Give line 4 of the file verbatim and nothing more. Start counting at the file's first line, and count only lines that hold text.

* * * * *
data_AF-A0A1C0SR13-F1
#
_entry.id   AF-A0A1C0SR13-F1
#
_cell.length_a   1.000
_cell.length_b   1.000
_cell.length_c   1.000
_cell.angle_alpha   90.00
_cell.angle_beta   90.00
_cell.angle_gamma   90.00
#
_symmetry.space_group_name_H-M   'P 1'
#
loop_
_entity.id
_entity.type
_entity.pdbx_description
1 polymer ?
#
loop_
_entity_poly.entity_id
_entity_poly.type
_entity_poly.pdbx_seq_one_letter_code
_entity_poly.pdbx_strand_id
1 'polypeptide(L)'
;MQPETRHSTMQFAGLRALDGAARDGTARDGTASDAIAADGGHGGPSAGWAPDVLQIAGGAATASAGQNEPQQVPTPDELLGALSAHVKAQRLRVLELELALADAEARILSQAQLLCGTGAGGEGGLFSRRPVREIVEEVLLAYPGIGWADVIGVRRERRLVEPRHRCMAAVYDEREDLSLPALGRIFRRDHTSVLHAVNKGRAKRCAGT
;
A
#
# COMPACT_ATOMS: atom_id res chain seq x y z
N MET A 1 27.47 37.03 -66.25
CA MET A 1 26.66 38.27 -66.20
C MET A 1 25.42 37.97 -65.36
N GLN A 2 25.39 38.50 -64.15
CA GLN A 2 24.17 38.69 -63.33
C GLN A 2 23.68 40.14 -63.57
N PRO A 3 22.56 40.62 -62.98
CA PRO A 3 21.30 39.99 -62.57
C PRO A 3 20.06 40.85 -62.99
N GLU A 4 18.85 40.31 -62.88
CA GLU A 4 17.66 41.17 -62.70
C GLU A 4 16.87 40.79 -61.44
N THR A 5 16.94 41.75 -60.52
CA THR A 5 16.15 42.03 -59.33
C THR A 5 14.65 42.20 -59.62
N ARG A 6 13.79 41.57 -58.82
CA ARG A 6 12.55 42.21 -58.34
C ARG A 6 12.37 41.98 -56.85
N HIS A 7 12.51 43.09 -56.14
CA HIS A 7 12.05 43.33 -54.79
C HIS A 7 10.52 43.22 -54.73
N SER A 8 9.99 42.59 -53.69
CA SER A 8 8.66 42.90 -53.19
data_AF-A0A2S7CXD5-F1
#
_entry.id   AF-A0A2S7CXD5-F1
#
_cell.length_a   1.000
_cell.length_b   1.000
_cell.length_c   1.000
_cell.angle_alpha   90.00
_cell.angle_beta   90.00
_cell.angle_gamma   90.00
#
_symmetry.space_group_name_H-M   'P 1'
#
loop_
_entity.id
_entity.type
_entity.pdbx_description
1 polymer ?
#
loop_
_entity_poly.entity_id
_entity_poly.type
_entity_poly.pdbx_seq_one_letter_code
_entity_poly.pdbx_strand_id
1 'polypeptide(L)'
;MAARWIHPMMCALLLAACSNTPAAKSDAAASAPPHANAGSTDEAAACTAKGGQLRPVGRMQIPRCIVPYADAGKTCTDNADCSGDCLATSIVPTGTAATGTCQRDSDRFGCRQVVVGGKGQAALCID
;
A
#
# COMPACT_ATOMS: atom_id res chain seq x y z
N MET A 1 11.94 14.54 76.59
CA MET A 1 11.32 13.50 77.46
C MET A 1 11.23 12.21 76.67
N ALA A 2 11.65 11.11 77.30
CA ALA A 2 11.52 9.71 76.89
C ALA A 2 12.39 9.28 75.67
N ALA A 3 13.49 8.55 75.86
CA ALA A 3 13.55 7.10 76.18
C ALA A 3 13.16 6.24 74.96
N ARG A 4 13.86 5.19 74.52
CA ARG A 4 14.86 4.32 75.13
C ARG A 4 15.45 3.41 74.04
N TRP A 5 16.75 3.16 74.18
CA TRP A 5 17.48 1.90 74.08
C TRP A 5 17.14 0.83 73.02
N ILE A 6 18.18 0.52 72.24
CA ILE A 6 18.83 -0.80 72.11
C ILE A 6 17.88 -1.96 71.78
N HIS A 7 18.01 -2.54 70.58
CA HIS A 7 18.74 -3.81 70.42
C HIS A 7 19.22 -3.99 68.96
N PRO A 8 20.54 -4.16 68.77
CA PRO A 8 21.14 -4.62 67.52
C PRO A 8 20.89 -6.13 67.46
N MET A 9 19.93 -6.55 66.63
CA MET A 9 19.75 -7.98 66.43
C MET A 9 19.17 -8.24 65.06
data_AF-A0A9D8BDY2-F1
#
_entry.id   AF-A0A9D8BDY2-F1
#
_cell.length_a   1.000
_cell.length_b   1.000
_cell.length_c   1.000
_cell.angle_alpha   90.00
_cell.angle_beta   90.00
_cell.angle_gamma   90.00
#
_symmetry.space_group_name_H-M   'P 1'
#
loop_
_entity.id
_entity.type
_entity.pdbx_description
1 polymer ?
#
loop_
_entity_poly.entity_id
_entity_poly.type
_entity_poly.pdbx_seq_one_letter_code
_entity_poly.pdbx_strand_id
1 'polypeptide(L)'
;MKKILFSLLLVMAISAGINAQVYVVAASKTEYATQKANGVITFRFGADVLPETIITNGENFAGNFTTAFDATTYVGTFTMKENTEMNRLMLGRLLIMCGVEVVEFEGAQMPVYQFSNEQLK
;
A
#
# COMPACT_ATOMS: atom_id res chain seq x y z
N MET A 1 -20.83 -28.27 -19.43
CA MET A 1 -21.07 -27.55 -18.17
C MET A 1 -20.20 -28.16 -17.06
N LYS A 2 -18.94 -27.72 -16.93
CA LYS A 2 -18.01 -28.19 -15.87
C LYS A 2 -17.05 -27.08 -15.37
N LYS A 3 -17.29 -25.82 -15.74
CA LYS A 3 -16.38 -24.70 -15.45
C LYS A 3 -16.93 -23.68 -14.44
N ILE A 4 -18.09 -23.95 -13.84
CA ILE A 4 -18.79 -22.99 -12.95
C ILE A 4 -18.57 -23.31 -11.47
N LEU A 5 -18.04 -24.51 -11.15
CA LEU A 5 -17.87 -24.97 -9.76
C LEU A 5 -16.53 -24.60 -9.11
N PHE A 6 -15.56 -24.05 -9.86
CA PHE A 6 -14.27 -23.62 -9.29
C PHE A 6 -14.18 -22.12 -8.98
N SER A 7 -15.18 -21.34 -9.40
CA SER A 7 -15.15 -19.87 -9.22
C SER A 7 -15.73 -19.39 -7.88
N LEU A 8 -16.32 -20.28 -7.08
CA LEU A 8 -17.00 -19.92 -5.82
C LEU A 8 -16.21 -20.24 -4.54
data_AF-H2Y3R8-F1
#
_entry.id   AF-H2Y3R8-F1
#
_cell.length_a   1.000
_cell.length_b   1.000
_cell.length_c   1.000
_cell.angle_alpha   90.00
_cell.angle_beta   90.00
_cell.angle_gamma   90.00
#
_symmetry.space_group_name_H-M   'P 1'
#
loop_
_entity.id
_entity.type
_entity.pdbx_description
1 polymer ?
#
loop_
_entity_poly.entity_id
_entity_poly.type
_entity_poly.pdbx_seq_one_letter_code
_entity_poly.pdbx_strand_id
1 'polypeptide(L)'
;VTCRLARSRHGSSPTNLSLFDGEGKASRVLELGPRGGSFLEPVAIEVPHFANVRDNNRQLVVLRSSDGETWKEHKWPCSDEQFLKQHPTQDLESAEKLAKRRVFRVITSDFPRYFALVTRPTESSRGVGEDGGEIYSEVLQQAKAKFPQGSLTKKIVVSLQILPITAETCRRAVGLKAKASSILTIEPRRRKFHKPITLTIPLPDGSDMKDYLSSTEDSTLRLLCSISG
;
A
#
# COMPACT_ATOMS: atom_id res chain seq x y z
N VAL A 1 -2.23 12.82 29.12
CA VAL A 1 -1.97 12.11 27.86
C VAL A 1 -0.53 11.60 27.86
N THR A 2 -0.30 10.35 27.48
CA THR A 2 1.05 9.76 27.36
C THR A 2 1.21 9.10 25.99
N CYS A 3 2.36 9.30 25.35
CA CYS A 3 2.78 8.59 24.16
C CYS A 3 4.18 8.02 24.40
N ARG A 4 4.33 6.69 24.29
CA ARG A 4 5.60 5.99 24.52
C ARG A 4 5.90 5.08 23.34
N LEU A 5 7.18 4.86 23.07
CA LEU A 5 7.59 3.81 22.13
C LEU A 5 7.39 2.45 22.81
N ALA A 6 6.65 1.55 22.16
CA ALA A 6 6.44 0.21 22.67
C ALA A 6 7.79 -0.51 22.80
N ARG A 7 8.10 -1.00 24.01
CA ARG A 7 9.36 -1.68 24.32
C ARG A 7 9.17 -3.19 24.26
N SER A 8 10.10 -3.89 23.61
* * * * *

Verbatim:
#